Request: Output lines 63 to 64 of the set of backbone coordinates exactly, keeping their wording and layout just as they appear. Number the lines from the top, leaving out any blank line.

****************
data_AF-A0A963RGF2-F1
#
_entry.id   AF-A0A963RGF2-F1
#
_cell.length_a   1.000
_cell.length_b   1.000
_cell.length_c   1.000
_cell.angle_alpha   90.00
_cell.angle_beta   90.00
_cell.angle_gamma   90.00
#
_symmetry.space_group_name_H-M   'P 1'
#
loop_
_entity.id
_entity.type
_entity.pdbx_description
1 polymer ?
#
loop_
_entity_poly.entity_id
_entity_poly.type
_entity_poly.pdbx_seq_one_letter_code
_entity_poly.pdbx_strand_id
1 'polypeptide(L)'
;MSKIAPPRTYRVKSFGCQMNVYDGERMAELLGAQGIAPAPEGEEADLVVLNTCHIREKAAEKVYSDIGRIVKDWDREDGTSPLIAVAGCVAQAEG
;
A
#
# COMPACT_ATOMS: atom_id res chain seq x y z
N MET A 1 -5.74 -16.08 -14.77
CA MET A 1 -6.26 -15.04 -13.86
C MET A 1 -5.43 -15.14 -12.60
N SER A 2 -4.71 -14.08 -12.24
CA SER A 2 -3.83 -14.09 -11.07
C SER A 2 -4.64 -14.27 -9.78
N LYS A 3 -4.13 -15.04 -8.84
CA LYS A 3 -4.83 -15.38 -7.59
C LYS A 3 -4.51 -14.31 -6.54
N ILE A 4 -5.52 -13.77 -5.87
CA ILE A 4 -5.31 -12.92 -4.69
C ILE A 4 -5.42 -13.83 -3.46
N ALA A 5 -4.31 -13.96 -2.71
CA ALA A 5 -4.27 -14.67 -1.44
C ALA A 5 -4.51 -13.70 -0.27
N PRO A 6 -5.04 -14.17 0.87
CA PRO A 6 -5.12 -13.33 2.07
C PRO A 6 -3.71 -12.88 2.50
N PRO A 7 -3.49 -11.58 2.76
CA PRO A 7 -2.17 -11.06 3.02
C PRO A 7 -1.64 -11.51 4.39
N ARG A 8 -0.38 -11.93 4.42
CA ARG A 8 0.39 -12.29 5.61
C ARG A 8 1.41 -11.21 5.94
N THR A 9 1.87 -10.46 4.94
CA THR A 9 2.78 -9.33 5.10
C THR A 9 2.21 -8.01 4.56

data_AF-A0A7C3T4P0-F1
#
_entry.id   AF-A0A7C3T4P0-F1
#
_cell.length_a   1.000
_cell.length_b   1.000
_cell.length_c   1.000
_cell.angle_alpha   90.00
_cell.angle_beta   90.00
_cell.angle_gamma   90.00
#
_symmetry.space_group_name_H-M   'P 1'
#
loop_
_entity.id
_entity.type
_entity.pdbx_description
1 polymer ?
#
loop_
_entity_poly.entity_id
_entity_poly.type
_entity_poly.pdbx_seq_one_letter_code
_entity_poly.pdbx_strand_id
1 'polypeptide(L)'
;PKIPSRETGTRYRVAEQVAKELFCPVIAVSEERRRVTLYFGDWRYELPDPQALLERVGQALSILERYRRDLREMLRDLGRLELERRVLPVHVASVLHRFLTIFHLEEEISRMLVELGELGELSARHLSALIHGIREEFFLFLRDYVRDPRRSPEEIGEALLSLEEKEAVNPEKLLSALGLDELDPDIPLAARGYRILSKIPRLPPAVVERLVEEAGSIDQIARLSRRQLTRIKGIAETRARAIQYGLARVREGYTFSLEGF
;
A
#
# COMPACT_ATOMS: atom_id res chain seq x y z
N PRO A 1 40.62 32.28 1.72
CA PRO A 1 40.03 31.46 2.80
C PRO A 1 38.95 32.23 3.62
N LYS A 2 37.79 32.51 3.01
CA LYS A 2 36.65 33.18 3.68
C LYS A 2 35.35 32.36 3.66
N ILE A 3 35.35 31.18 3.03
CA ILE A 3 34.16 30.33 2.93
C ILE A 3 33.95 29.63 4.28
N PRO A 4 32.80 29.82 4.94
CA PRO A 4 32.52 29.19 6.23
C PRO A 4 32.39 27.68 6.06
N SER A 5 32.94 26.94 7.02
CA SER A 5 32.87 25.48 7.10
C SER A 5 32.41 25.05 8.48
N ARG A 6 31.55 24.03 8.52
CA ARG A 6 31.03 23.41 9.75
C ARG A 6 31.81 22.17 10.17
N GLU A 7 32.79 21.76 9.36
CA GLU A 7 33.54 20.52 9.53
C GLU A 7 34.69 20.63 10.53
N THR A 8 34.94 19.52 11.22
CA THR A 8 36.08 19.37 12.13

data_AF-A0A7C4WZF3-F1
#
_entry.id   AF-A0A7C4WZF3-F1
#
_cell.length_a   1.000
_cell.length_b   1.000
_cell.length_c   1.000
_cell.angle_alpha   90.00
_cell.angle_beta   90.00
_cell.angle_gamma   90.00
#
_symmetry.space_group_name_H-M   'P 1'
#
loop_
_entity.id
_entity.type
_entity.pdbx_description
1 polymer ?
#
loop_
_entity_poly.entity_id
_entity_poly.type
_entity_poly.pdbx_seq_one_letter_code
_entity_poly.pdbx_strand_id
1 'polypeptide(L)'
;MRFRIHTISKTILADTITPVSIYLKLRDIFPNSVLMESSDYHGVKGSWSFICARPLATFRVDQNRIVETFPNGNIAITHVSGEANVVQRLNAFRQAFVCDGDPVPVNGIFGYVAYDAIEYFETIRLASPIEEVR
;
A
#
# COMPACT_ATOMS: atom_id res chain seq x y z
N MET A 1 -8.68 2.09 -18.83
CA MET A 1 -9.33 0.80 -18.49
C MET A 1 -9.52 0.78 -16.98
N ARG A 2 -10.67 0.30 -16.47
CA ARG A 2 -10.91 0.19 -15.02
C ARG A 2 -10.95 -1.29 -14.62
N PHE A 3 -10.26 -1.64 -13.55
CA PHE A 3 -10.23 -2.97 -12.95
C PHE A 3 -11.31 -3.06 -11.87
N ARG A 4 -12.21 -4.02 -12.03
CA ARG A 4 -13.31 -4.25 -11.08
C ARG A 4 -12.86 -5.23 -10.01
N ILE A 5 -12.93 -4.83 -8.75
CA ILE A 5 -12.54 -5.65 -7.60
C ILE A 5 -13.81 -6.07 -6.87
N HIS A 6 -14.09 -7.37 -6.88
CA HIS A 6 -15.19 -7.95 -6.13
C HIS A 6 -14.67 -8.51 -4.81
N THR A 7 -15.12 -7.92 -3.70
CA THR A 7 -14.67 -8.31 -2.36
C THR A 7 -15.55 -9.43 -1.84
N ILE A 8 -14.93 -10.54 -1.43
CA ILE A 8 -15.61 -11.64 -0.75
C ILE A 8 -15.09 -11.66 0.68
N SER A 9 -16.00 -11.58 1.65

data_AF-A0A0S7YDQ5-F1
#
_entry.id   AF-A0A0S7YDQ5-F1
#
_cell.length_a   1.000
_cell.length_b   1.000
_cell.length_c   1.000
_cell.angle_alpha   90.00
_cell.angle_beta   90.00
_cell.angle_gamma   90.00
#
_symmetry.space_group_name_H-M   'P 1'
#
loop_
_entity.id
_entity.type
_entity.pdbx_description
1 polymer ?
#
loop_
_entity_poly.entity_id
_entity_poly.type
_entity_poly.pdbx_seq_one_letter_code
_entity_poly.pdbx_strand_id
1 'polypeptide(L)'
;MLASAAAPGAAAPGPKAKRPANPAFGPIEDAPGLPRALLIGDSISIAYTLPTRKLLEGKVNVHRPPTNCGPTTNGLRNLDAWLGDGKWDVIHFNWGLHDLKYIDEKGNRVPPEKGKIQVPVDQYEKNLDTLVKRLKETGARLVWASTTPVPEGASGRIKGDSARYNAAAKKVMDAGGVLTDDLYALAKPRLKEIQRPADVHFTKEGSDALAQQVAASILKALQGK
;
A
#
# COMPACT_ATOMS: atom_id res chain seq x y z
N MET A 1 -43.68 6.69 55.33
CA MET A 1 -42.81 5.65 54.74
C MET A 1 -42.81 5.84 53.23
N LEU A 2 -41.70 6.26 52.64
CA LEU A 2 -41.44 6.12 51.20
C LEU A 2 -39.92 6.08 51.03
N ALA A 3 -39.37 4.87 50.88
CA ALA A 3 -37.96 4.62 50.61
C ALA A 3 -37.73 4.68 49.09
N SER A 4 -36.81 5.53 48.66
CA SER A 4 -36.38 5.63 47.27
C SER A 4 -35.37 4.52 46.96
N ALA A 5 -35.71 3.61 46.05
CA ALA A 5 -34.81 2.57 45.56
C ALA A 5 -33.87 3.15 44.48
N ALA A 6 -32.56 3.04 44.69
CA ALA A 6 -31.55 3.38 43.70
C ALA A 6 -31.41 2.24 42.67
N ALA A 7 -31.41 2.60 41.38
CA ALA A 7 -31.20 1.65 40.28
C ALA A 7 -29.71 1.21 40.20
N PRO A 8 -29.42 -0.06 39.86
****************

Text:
_cell.length_b   1.000
_cell.length_c   1.000